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My cedar and granite tile egg table (pic heavy)

HiitesHiites Posts: 26
edited November -1 in EGG Table Forum
I just finished my egg table and wanted to share some pictures of the process. It wasn't without set backs but more on that later.
Pieces cut and beginning the assembly.
Frame assembled.
Set the frame in for the paver stone and the cleats are on for the shelf boards.
Bottom shelf in and getting a look at the stainless steel screws.
Another view of the bottom shelf and the paver stone in place.
Frame is stained with Cabot Timber Oil.
The plywood and backerboard is on and cut out to accept the egg. Just need to tile it. I wanted to curve the ends so I had to figure out how to cut curves on granite tile. I bought an ARCUS tile blade for a circular saw that was supposed to be able to cut curves in tile and concrete. Awesome product. Look them up online and check them out if you think you will ever need to cut curves in tile. My only complaint with it is it won't fit all circular saws. I own 3 circular saws and it wouldnt fit any of them. I borrowed an old, beat up saw from my neighbor and it fit that one, thank goodness. Next is a picture of my redneck, curve cutting rig. It's hard to see but I got some "Rainbird" irrigation fittings from Lowes and rigged a system to keep water on the blade to extend the life of the blade and to keep dust down.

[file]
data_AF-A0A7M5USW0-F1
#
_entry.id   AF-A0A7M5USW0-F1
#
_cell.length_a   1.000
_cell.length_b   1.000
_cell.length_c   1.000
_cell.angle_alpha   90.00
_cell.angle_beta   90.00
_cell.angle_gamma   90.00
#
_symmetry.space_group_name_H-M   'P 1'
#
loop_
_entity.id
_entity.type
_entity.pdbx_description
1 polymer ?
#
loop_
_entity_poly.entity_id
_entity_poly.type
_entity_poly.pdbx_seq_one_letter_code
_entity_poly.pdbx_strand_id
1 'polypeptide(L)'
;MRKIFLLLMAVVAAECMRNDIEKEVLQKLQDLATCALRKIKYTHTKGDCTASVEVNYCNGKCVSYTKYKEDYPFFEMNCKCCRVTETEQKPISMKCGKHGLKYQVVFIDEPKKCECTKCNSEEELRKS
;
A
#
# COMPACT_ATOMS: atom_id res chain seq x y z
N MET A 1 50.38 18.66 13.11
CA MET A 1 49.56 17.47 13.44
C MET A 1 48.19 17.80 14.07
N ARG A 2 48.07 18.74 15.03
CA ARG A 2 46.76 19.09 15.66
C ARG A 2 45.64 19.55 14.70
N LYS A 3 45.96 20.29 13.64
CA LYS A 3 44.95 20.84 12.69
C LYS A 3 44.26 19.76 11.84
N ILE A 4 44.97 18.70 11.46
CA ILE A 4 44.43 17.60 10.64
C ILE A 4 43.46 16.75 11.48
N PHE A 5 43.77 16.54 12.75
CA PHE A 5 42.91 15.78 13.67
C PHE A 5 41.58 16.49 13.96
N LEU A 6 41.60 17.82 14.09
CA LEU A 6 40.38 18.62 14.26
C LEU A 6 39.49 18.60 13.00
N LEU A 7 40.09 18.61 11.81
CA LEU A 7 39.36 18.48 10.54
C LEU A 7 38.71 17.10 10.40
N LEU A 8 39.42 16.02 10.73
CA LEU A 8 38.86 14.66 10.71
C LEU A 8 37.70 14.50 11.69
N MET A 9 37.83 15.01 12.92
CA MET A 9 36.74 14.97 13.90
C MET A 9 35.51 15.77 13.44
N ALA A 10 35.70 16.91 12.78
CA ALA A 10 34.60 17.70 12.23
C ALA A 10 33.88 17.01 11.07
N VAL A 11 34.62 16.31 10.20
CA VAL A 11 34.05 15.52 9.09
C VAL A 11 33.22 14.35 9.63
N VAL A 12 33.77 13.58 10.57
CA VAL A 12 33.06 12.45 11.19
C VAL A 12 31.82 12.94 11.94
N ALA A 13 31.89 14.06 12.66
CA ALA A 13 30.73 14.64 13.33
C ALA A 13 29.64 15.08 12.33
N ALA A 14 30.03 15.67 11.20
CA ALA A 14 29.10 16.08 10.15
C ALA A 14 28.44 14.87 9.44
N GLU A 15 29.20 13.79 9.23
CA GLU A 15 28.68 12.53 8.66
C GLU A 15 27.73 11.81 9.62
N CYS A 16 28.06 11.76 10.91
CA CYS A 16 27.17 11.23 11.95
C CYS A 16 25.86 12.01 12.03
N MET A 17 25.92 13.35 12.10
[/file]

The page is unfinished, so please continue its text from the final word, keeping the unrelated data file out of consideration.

The tile is on and ready to grout.
Finished table. This was the first time I had ever used epoxy grout and I was pretty pleased with it. There is a wide variety on color selection so you can get close to your tile color and it sets up in just a matter of hours.
So what was the set back? I had carefully measured during the set up to get 15" of clearance from the bottome shelf to the table of the frame that is.....I didn't take into account that 3/4" plywood plus 3/8" backerboard and 3/8" tile was going to make that measurement 16 1/2" from the bottom shelf to the table top. That's not enough to allow the hinge to clear the top when the egg is opened. Sooooooo, I had to put a bottle jack under each end and take out all of the screws that held the bottom shelf to the legs (as shown in the fourth picture), then I jacked the bottom shelf up 1 1/2" and then reattached it to the legs. I didn't even have to take the egg out. :cheer: It ended up not being as big of a deal as I thought it would be. I look forward cooking on it.


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